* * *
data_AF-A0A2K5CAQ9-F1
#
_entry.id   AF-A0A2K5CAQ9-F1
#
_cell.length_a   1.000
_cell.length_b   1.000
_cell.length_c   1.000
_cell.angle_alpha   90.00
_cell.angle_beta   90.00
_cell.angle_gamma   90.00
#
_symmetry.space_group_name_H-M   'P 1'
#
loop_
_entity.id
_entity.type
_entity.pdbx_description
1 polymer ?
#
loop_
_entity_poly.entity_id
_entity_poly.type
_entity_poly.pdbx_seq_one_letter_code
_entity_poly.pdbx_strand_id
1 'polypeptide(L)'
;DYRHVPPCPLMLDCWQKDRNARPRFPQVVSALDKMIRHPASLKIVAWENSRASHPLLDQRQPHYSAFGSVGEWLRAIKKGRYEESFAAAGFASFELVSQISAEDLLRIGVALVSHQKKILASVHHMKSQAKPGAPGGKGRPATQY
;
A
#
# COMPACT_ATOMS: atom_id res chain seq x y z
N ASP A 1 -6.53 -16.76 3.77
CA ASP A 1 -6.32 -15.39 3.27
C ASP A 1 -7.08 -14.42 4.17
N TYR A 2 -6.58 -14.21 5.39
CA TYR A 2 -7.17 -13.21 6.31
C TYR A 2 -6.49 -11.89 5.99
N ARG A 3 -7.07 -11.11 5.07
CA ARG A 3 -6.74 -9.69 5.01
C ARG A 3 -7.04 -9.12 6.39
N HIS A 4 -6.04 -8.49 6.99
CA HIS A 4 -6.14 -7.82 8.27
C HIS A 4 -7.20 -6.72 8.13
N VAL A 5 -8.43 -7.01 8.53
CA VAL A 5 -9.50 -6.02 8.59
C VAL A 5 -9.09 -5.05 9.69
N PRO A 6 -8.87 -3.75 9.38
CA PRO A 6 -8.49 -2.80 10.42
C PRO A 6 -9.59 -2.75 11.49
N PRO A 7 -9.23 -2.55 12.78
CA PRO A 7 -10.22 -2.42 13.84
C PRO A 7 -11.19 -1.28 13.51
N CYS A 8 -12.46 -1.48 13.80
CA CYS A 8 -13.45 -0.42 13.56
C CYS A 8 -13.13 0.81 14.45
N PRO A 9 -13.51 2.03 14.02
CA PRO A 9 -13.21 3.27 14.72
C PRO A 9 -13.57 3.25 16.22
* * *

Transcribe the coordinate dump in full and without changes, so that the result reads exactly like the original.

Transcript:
data_AF-A0A2K5CAQ9-F1
#
_entry.id   AF-A0A2K5CAQ9-F1
#
_cell.length_a   1.000
_cell.length_b   1.000
_cell.length_c   1.000
_cell.angle_alpha   90.00
_cell.angle_beta   90.00
_cell.angle_gamma   90.00
#
_symmetry.space_group_name_H-M   'P 1'
#
loop_
_entity.id
_entity.type
_entity.pdbx_description
1 polymer ?
#
loop_
_entity_poly.entity_id
_entity_poly.type
_entity_poly.pdbx_seq_one_letter_code
_entity_poly.pdbx_strand_id
1 'polypeptide(L)'
;DYRHVPPCPLMLDCWQKDRNARPRFPQVVSALDKMIRHPASLKIVAWENSRASHPLLDQRQPHYSAFGSVGEWLRAIKKGRYEESFAAAGFASFELVSQISAEDLLRIGVALVSHQKKILASVHHMKSQAKPGAPGGKGRPATQY
;
A
#
# COMPACT_ATOMS: atom_id res chain seq x y z
N ASP A 1 -6.53 -16.76 3.77
CA ASP A 1 -6.32 -15.39 3.27
C ASP A 1 -7.08 -14.42 4.17
N TYR A 2 -6.58 -14.21 5.39
CA TYR A 2 -7.17 -13.21 6.31
C TYR A 2 -6.49 -11.89 5.99
N ARG A 3 -7.07 -11.11 5.07
CA ARG A 3 -6.74 -9.69 5.01
C ARG A 3 -7.04 -9.12 6.39
N HIS A 4 -6.04 -8.49 6.99
CA HIS A 4 -6.14 -7.82 8.27
C HIS A 4 -7.20 -6.72 8.13
N VAL A 5 -8.43 -7.01 8.53
CA VAL A 5 -9.50 -6.02 8.59
C VAL A 5 -9.09 -5.05 9.69
N PRO A 6 -8.87 -3.75 9.38
CA PRO A 6 -8.49 -2.80 10.42
C PRO A 6 -9.59 -2.75 11.49
N PRO A 7 -9.23 -2.55 12.78
CA PRO A 7 -10.22 -2.42 13.84
C PRO A 7 -11.19 -1.28 13.51
N CYS A 8 -12.46 -1.48 13.80
CA CYS A 8 -13.45 -0.42 13.56
C CYS A 8 -13.13 0.81 14.45
N PRO A 9 -13.51 2.03 14.02
CA PRO A 9 -13.21 3.27 14.72
C PRO A 9 -13.57 3.25 16.22